Lizzy the Librarian Reviews Guignol: A Tale of Escalating Horror by Brett Schwaner and Keith Hogan

Women in Horror Month Librarian, Lizzy Walker, has returned with a review of Guignol: A Tale of Escalating Horror by Brett Schwaner and Keith Hogan.



Shy artistic Maelynn Maghee is a new student at the art academy of Sainte Jeanne d’Arc. She hasn’t made any friends, and with her constantly exhausted mother, an overworked nursing administrator, being absent or passed out on the couch, she’s left to her own devices most of the time.

Mysterious strong-willed Lilly Langtree befriends her in their art class, and they become practically inseparable. Lilly brings a few other girls into their circle: the twins Aubree and Marcella, Fiona, and Monet. With Lilly’s encouragement, Mae and the rest try out for Madame Jeanette’s self-professed masterpiece, Guignol.

Lilly reveals a dark secret to her friends, and she offers each of them their own gifts. As they accept her gifts, they discover there are benefits as well as detriments to what she has given them.

They go through excruciating transformations, each experiencing physical pain and hunger they must slake before they suffer any further. Lilly opens a whole new world for her new friends; new talents, late night adventures, and the most memorable night of their entire lives.

maebatsThe countdown to opening night of the play is underway and, after a series of unpleasant events, Maelynn realizes Lilly is not the person she once thought.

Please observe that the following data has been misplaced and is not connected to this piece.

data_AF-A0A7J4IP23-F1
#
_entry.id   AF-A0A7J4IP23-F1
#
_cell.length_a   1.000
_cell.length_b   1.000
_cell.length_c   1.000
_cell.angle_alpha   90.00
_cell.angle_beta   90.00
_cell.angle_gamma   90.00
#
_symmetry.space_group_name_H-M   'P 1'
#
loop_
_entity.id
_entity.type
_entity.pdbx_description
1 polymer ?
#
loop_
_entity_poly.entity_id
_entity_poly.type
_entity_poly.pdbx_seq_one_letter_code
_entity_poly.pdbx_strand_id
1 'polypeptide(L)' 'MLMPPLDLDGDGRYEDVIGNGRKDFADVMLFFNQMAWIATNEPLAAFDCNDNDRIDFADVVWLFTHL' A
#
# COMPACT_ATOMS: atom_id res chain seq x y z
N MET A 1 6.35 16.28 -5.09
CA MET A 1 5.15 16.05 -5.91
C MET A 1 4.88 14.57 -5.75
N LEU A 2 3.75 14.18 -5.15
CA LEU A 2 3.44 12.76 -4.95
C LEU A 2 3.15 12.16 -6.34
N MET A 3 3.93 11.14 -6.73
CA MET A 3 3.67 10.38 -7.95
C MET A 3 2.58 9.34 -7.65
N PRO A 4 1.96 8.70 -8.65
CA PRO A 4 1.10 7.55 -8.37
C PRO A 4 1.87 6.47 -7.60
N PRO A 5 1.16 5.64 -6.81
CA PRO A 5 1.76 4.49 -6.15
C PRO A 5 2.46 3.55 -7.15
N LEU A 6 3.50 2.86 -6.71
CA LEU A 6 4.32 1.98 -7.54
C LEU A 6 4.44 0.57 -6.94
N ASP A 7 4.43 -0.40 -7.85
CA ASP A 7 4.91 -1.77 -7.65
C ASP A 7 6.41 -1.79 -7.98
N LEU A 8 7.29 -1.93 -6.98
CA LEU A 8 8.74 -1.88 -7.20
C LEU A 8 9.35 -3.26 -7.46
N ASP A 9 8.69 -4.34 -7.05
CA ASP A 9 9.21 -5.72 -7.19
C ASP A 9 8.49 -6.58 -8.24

The closer to opening night, the less stable and more powerful Lilly becomes. Can her friends survive their gifts and Lilly’s power in the meantime?

There are a few criticisms I have of the book. There are times the text becomes repetitious, specifically when the focus of the scene is the play rehearsal. Madame Jeanette often makes the characters run through lines multiple times, and this is made quite clear in the text itself.

It does illustrate the frustrations that cast members go through when they are preparing for the production, and Madame Jeanette’s perfectionist tendencies, but it could have perhaps been trimmed down just a bit. I also found the way the characters spoke to each other could be too formal at times, using tightly worded sentences with each other.

Despite my criticisms, I enjoyed this book thoroughly. Two things I enjoy more than anything in the horror genre are interesting female characters and creepy children.  Guignol-A Tale of Escalating Horror delivers on both accounts.

Maelynn, after all, is only ten years old, and the other girls aren’t much older. That being said, while the main characters are children, this definitely isn’t a children’s book. There are some gruesome elements to the story that would not be acceptable for some kids.

Each of the girls has a distinct personality, and Maelynn in particular developed as the story progressed. Her character growth was both because of and spite of Lilly’s influence. I could identify with her in particular.



The full colour illustrations provided by Keith Hogan lend to the text very well. They really grab the reader’s attention and help emphasize specifics from the text. Additionally, if Schwaner wanted to change from a novel to a graphic novel format, he has a great illustrator in Hogan. There are some rich watercolours by Laura McCombs that also added some atmosphere and are very well executed.

Are you brave enough to experience Guignol-A Tale of Escalating Horror?

See you in the stacks….

Lizzy, WiHM Librarian